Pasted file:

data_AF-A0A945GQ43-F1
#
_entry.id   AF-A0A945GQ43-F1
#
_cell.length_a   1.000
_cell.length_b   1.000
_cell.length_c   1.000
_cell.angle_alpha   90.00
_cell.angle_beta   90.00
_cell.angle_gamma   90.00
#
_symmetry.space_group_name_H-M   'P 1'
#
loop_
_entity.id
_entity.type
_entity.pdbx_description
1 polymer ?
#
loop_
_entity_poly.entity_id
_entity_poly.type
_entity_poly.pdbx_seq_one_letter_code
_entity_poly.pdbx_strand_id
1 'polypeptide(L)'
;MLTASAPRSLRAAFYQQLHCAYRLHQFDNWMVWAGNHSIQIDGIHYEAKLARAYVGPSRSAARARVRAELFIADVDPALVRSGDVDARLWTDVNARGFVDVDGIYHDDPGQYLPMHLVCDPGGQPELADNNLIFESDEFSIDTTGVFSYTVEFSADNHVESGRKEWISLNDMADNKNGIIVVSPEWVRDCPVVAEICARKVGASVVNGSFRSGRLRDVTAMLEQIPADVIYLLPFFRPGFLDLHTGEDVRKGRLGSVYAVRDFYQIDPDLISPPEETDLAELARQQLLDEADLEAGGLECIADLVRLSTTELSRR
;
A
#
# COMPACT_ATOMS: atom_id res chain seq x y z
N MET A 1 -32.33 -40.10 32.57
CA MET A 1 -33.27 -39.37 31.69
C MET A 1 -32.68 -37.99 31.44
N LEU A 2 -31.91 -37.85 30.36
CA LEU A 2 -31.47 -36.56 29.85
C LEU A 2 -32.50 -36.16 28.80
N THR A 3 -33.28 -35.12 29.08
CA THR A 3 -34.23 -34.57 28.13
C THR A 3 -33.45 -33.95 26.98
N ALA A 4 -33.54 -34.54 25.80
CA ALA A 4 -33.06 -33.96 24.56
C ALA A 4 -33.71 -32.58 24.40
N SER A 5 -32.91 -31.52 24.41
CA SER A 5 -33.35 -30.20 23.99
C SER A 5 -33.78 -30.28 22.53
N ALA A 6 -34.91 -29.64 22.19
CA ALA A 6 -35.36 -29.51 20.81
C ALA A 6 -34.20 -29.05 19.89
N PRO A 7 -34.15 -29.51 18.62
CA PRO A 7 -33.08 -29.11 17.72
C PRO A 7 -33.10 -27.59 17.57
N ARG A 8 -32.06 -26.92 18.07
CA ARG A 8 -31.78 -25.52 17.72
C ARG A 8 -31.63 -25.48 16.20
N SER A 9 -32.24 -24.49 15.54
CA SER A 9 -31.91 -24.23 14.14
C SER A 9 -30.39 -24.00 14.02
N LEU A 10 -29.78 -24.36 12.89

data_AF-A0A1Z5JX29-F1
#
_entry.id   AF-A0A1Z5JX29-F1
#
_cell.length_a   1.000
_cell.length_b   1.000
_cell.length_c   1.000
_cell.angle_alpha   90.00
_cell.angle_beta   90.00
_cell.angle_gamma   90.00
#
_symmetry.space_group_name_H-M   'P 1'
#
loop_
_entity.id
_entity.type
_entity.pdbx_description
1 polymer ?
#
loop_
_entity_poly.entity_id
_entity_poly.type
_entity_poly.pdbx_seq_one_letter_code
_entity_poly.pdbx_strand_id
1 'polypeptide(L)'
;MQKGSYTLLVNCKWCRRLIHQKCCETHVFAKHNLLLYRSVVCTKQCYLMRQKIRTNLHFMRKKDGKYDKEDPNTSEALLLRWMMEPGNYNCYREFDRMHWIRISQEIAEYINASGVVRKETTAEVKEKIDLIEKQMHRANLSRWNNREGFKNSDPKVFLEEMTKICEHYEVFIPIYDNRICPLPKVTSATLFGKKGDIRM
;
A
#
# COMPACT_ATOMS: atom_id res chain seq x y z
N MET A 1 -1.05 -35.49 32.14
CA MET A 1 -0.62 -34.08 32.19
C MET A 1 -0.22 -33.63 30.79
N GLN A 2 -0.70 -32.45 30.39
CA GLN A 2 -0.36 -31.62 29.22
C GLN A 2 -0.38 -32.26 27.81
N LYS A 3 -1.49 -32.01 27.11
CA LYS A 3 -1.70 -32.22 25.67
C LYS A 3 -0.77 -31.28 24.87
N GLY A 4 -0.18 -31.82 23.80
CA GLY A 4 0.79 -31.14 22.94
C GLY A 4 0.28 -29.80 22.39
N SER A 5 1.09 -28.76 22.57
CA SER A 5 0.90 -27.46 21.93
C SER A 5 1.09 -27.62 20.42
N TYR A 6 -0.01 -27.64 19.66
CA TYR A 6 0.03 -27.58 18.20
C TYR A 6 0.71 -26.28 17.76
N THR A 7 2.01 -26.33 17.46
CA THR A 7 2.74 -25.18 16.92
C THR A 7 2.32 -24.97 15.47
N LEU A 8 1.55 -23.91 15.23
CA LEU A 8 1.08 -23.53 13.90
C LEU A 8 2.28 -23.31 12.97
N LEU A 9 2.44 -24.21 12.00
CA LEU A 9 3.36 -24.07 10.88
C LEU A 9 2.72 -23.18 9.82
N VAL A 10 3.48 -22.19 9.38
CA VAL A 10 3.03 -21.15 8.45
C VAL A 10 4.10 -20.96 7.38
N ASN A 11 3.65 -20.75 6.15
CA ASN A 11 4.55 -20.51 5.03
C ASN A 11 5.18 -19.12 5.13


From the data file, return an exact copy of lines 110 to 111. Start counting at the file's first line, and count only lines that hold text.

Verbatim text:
N LEU A 8 1.55 -23.91 15.23
CA LEU A 8 1.08 -23.53 13.90